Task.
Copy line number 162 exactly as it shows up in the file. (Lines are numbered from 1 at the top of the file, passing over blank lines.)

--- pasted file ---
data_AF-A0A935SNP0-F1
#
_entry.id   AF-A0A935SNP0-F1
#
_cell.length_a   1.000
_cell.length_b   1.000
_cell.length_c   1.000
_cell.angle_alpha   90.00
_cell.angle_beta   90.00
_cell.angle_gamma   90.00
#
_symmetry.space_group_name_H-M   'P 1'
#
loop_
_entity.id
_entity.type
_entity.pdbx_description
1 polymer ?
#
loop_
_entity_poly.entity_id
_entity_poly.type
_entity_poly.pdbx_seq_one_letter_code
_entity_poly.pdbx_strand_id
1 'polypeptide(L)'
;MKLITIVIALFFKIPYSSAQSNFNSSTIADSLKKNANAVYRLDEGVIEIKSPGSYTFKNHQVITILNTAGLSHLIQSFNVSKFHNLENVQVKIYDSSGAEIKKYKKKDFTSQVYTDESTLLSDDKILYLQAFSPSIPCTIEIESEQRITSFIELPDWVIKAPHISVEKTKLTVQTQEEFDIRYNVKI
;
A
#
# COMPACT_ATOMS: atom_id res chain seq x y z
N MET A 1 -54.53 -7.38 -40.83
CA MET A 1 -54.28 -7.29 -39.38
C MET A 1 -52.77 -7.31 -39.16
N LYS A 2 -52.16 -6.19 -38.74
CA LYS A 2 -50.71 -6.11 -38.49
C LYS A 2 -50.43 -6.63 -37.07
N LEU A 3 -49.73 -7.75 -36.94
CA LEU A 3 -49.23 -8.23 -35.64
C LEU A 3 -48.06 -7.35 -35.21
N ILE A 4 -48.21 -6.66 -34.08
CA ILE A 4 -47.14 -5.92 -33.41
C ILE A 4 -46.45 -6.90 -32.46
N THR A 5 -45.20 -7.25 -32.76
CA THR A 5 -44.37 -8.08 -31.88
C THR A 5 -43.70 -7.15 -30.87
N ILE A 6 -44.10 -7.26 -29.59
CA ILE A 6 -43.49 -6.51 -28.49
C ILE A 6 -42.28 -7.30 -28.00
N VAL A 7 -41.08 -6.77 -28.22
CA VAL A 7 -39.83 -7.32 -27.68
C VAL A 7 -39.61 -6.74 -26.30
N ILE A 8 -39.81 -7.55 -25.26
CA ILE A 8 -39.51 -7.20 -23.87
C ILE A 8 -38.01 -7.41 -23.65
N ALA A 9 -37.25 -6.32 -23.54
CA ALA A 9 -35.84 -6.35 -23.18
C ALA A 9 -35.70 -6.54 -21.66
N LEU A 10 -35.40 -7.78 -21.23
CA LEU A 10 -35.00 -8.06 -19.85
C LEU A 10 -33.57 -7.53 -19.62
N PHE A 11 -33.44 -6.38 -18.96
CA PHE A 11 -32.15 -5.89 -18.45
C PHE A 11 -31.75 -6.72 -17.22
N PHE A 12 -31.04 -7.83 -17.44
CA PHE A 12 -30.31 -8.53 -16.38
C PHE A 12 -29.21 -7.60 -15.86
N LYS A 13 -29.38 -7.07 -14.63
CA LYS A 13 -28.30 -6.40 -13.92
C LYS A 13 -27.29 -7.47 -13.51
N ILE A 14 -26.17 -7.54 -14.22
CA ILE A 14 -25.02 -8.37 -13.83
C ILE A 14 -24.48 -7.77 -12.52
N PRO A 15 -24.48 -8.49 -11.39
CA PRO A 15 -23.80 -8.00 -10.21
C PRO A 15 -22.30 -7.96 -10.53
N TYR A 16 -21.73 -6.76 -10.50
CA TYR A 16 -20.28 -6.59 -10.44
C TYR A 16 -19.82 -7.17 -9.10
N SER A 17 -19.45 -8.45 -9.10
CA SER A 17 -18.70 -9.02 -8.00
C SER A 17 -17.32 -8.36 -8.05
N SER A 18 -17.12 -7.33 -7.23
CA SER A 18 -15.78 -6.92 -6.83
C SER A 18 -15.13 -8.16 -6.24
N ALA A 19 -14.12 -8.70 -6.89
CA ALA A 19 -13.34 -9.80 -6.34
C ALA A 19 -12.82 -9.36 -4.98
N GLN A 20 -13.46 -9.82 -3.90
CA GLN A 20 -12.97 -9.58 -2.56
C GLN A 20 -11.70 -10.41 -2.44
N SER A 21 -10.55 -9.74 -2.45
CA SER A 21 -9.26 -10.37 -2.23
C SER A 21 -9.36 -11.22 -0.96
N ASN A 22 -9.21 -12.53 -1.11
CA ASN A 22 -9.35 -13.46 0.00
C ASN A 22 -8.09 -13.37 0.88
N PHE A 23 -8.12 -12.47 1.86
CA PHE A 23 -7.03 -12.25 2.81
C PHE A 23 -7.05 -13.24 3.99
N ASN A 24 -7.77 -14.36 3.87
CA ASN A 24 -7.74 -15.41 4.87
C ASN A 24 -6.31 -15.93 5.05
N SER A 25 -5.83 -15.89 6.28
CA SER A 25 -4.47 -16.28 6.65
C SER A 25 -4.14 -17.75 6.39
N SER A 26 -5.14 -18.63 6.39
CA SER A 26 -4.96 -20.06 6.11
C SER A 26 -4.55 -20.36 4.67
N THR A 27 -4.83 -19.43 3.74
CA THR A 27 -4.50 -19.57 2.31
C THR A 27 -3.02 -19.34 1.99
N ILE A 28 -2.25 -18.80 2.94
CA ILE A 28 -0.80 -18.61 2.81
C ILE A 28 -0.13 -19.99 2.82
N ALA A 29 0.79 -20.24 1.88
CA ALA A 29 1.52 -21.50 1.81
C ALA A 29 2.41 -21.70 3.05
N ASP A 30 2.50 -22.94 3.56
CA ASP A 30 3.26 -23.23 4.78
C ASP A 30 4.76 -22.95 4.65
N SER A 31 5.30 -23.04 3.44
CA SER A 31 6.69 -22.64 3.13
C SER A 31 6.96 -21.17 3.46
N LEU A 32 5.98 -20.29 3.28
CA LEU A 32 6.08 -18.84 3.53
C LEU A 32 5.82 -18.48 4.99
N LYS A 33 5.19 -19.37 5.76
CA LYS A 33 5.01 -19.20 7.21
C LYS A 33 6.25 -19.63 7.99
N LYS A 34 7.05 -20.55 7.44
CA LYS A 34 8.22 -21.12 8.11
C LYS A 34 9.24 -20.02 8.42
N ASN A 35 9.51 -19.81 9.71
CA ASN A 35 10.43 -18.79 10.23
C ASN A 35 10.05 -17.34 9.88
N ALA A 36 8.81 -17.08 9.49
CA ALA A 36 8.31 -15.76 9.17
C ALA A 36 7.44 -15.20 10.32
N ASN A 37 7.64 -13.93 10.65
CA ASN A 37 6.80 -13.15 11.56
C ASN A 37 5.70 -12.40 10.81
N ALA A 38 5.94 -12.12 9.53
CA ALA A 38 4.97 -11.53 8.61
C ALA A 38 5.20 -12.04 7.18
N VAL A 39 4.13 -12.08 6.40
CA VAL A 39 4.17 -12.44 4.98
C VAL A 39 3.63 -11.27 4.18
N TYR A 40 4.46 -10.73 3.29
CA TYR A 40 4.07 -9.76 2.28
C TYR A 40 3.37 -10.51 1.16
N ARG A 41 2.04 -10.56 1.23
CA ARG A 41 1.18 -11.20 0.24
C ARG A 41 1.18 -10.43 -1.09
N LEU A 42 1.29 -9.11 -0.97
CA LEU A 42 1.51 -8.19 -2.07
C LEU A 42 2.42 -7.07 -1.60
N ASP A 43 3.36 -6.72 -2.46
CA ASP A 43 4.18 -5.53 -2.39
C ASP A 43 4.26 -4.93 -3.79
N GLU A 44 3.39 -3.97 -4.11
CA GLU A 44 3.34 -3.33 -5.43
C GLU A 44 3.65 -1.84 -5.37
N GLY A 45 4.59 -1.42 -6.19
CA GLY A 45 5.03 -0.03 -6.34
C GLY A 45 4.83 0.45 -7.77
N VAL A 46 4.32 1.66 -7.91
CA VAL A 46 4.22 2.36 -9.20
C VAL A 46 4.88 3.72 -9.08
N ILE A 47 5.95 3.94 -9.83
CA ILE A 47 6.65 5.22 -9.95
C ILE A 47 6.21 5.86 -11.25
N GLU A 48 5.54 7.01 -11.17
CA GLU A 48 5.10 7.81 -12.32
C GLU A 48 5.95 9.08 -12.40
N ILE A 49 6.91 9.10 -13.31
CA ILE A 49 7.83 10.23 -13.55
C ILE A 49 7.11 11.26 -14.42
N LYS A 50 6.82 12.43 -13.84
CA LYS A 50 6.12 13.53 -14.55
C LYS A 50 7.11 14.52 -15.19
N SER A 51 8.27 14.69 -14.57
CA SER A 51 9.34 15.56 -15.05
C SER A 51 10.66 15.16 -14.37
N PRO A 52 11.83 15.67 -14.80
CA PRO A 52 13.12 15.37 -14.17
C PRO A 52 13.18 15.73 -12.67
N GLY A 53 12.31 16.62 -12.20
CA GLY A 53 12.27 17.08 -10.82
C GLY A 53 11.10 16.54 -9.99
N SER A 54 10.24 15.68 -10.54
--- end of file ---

C GLU A 44 3.65 -1.84 -5.37